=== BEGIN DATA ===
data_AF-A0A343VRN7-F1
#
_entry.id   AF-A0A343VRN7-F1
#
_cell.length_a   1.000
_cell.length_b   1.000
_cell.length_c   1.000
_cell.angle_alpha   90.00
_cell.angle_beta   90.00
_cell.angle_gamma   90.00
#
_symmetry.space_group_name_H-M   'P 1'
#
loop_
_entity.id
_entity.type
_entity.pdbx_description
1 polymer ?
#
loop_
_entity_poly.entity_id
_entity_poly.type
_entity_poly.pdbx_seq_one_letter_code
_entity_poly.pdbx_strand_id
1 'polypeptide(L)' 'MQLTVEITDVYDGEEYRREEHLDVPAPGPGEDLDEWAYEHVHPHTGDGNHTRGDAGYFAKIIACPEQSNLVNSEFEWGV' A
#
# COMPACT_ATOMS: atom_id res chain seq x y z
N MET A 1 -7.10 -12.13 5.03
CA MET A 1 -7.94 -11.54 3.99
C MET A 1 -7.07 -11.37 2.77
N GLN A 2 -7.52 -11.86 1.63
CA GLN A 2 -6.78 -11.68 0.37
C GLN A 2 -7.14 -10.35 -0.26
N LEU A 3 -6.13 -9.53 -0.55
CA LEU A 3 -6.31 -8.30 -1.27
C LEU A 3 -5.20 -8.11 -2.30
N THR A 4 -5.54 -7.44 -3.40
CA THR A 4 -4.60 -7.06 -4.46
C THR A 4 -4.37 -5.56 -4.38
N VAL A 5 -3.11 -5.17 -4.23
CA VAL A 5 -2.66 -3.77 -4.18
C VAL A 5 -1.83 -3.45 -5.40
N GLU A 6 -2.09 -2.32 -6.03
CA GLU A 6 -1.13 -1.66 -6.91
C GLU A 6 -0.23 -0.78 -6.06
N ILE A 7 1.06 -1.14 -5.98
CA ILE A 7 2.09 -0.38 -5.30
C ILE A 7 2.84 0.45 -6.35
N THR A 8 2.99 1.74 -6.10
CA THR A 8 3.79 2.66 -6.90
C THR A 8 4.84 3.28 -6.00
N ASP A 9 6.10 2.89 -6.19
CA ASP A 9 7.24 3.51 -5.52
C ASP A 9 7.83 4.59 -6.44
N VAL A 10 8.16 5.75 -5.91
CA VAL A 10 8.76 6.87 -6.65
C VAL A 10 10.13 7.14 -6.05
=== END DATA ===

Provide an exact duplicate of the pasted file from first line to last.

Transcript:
data_AF-A0A343VRN7-F1
#
_entry.id   AF-A0A343VRN7-F1
#
_cell.length_a   1.000
_cell.length_b   1.000
_cell.length_c   1.000
_cell.angle_alpha   90.00
_cell.angle_beta   90.00
_cell.angle_gamma   90.00
#
_symmetry.space_group_name_H-M   'P 1'
#
loop_
_entity.id
_entity.type
_entity.pdbx_description
1 polymer ?
#
loop_
_entity_poly.entity_id
_entity_poly.type
_entity_poly.pdbx_seq_one_letter_code
_entity_poly.pdbx_strand_id
1 'polypeptide(L)' 'MQLTVEITDVYDGEEYRREEHLDVPAPGPGEDLDEWAYEHVHPHTGDGNHTRGDAGYFAKIIACPEQSNLVNSEFEWGV' A
#
# COMPACT_ATOMS: atom_id res chain seq x y z
N MET A 1 -7.10 -12.13 5.03
CA MET A 1 -7.94 -11.54 3.99
C MET A 1 -7.07 -11.37 2.77
N GLN A 2 -7.52 -11.86 1.63
CA GLN A 2 -6.78 -11.68 0.37
C GLN A 2 -7.14 -10.35 -0.26
N LEU A 3 -6.13 -9.53 -0.55
CA LEU A 3 -6.31 -8.30 -1.27
C LEU A 3 -5.20 -8.11 -2.30
N THR A 4 -5.54 -7.44 -3.40
CA THR A 4 -4.60 -7.06 -4.46
C THR A 4 -4.37 -5.56 -4.38
N VAL A 5 -3.11 -5.17 -4.23
CA VAL A 5 -2.66 -3.77 -4.18
C VAL A 5 -1.83 -3.45 -5.40
N GLU A 6 -2.09 -2.32 -6.03
CA GLU A 6 -1.13 -1.66 -6.91
C GLU A 6 -0.23 -0.78 -6.06
N ILE A 7 1.06 -1.14 -5.98
CA ILE A 7 2.09 -0.38 -5.30
C ILE A 7 2.84 0.45 -6.35
N THR A 8 2.99 1.74 -6.10
CA THR A 8 3.79 2.66 -6.90
C THR A 8 4.84 3.28 -6.00
N ASP A 9 6.10 2.89 -6.19
CA ASP A 9 7.24 3.51 -5.52
C ASP A 9 7.83 4.59 -6.44
N VAL A 10 8.16 5.75 -5.91
CA VAL A 10 8.76 6.87 -6.65
C VAL A 10 10.13 7.14 -6.05